Aberdeen e-alert - Issue 2014-02 | KPMG | LU
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Aberdeen e-alert - Issue 2014-02

Aberdeen e-alert - Issue 2014-02



Head of Tax

KPMG in Luxembourg


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Belgian Authorities start processing Aberdeen claims

Following last year’s circular letter of 4 March 2013 and its amendment of 13 July 2013 (please refer to our Aberdeen e-alerts 2013-03 and 2013-09) with respect to withholding tax (WHT) reclaims filed by non-resident investment companies, Belgian Tax Authorities are now finally processing the tax claims.



In their circular letter of 4 March 2013, the Belgian Tax Authorities officially reacted to the infringement found by the Court of Justice of the European Union (CJEU) in the Commission vs. Belgium (C-387/11) case. Specific conditions and guidelines have been set out for pending and future tax reclaims relating to WHT suffered during years 2007-2012. Furthermore, the circular announced legislative changes effective as from 2013, which have meanwhile been implemented and have effectively put an end to the discrimination between Belgian-resident and non-resident investment companies.

The Belgian Tax Authorities have recently started processing the claims. In this regard, the oldest claims – filed in 2007 and 2008 – are being processed first.


Administrative circular

The circular of 4 March 2013 clearly outlined the conditions under which non-resident investment companies can reclaim Belgian withholding taxes suffered.

However, the Belgian Tax Authorities have been sending out several requests for information, raising additional questions which are not covered in the circular letter.


Additional questions related to anti abuse provisions

Apart from the review of the conditions as commented in the circular letter, the Tax Authorities are also raising additional questions in order to determine if the dividends received qualify for a tax credit or refund.

The Tax Authorities are of the opinion that the following conditions should be satisfied:

  • Full ownership criterion: the shares must have been held in full ownership at the moment of the allocation or of the payment of the dividends related to these shares. The consequence of the absence of this condition would be that no withholding tax shall be deducted and refunded. This provision thus excludes any usufruct or any form of trustee ownership or fiduciary transfer of the shares and it likewise excludes any form of coupon stripping;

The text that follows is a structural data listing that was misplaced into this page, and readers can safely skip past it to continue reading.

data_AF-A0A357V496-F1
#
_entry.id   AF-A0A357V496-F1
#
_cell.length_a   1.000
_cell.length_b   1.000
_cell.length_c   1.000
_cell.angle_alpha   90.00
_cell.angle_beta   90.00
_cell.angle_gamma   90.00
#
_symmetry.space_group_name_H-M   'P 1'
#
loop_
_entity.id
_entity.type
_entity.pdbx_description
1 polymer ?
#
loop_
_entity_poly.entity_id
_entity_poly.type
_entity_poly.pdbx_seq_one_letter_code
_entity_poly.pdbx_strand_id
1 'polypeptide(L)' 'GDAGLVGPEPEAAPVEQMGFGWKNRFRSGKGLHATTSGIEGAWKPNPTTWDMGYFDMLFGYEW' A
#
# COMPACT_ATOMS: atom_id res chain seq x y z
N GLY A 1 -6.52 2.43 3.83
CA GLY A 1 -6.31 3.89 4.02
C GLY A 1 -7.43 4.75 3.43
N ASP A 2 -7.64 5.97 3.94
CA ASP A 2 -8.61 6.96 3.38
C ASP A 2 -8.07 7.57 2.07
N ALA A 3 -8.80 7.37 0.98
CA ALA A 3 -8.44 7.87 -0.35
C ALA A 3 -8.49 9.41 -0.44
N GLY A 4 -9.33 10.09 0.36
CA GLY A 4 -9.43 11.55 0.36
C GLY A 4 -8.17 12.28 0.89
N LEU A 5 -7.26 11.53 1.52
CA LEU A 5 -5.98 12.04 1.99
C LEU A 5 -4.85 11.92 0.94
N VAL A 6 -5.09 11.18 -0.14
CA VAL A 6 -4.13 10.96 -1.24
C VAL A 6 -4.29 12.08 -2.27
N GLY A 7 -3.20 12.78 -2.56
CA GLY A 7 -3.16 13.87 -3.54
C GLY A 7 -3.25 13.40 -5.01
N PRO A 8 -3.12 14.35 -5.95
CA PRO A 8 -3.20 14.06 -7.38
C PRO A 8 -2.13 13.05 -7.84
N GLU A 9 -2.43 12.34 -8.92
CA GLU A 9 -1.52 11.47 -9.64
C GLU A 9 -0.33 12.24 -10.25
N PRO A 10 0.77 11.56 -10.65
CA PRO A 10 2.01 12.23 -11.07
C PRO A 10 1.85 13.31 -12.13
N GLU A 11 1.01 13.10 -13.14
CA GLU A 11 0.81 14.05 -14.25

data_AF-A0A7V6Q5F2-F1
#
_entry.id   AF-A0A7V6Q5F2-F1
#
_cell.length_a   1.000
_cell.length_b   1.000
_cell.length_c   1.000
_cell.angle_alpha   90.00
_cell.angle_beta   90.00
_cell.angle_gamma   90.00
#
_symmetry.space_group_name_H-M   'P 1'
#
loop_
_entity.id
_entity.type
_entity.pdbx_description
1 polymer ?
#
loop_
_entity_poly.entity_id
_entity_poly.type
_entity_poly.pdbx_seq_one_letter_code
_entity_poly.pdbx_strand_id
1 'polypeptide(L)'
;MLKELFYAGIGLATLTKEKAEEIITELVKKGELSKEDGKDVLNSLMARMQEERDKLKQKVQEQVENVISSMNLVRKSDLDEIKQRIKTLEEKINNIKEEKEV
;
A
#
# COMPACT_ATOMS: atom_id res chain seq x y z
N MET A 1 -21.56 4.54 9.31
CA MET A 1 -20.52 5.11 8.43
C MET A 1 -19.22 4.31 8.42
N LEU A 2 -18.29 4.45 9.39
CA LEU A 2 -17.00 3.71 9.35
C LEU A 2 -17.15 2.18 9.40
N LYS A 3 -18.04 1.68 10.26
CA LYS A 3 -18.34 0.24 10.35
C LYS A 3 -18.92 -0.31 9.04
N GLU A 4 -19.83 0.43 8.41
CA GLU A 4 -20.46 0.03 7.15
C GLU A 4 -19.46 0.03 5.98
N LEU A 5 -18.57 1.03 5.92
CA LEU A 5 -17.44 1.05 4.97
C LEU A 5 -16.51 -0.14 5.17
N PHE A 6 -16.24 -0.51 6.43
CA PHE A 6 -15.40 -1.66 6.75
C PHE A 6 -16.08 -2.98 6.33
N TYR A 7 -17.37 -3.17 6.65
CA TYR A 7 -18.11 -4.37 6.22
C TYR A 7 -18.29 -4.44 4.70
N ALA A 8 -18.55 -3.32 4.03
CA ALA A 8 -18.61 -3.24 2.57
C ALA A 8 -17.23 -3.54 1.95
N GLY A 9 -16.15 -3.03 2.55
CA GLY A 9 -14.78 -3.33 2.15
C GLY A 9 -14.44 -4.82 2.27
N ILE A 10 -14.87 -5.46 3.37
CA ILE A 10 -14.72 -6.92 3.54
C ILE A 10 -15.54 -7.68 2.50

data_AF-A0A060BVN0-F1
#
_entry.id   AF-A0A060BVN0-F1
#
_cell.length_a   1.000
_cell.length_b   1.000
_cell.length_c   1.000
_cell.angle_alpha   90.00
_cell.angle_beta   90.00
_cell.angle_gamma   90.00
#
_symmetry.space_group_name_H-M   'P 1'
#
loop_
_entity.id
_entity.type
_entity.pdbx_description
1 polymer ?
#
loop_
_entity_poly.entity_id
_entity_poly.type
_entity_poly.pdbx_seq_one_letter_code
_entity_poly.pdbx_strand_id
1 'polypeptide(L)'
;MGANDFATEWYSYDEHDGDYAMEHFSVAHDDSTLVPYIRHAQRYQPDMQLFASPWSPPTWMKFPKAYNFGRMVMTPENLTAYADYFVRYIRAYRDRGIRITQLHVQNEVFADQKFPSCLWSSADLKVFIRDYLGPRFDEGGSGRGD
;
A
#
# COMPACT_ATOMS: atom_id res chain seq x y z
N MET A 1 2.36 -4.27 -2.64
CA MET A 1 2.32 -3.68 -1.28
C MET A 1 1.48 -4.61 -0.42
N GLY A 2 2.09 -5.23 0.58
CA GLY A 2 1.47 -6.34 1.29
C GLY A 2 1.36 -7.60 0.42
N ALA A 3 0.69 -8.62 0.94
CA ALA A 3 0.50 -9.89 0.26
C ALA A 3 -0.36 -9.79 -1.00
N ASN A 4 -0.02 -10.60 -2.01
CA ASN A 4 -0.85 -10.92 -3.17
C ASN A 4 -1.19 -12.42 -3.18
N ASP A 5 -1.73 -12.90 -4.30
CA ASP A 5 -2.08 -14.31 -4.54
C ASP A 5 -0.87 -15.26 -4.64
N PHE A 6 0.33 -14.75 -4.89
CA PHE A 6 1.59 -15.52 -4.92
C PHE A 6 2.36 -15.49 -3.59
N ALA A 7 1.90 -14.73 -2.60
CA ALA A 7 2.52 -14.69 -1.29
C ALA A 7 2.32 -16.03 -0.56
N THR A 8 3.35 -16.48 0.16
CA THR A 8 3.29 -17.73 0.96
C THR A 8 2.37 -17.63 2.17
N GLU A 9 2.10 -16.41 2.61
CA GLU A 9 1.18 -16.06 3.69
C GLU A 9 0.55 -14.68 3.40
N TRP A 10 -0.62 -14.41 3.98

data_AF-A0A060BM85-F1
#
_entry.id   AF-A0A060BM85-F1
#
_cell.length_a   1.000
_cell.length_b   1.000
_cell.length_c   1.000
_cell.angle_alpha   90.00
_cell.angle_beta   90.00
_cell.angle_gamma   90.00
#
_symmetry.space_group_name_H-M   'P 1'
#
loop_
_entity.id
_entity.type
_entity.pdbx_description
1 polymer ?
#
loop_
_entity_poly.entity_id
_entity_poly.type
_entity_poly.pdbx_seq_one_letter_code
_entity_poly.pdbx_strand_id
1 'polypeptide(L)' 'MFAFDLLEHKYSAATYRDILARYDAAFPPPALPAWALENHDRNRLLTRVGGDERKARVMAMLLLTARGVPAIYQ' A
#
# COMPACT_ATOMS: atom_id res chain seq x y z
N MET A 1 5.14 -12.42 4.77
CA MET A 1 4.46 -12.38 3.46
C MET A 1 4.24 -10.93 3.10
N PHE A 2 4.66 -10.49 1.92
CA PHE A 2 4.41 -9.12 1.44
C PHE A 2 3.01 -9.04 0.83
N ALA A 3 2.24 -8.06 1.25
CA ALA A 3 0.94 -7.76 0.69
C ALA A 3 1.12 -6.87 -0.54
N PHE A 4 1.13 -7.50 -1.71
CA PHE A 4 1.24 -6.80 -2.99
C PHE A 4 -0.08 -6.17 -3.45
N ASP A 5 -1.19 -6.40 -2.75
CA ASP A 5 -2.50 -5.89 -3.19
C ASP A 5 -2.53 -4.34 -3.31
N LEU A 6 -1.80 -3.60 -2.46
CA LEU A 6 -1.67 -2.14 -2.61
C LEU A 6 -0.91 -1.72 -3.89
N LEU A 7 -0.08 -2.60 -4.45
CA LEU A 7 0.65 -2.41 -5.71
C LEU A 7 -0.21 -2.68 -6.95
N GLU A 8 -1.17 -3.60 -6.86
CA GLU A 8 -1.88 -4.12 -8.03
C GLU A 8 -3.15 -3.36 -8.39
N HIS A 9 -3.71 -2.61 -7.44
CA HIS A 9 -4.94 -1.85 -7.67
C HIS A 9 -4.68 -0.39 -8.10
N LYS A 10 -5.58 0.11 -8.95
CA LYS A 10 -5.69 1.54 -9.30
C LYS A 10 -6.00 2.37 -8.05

• The payment of the dividends received cannot have resulted in a write-down or a capital loss on the shares.

The investment company claiming a refund of Belgian dividend WHT should demonstrate that the above conditions are fulfilled by any means of proof (except by oath). This could be done by providing, inter alia, a certificate of the custodian attesting that no coupon lending/stripping or other similar transaction was carried out in order to avoid Belgian WHT. In addition, important movements in stocks during the claim period should be identified and information in relation to the underlying reasons be gathered, as the Belgian Tax Authorities may request additional information.


Additional questions related to the certificate of residence

Furthermore, the Belgian Tax Authorities are also asking for a certificate to be signed by the tax authorities of the investment fund’s State of residence. More specifically, by means of this certificate, the Belgian Tax Authorities wish to confirm that the fund:

  • has not used the Belgian withholding tax on movable property (or to obtain a related tax credit) on dividends of Belgian origin to in any way reduce the payable tax in its State of residence or obtain any kind of tax advantage in that state, and neither in the future will be able to use the Belgian tax for such purposes;
  • has not received a refund of the Belgian withholding tax on movable property paid on these dividends in any form.

Additionally, a WHT schedule needs to be added (matching the schedule added at the moment of the filing of the claim), which also has to be certified by local tax authorities.

Should the local tax authorities be of the opinion that the certificate and the actions related to it constitute a disproportionate burden and thus refuse to sign the certificate, the Belgian Tax Authorities would accept a declaration by the claimant himself. In this event, the claimant may establish by any form of proof, except by oath, the legitimacy of the elements requested in the certificate. However, please note that the Belgian Tax Authorities request a copy of the correspondence from the local tax authorities by which it has communicated its refusal to complete and certify the certificate.


KPMG comments

We suggest answering the questions of the Tax Authorities in order to come to an efficient administrative settlement of the claim while not jeopardizing the good will of the tax inspector.

We therefore advise to proactively gather documentation that could provide the Belgian Tax Authorities with the proof that the above mentioned conditions are satisfied. Indeed, the Belgian Tax Authorities foresee a deadline of one month to provide a response to their questions and in case no answer can be delivered in a timely manner, it cannot be excluded that the tax reclaim would be rejected.


For further information, please do not hesitate to contact us.







The information contained herein is of a general nature and is not intended to address the circumstances of any particular individual or entity. Although we endeavor to provide accurate and timely information, there can be no guarantee that such information is accurate as of the date it is received or that it will continue to be accurate in the future. No one should act on such information without appropriate professional advice after a thorough


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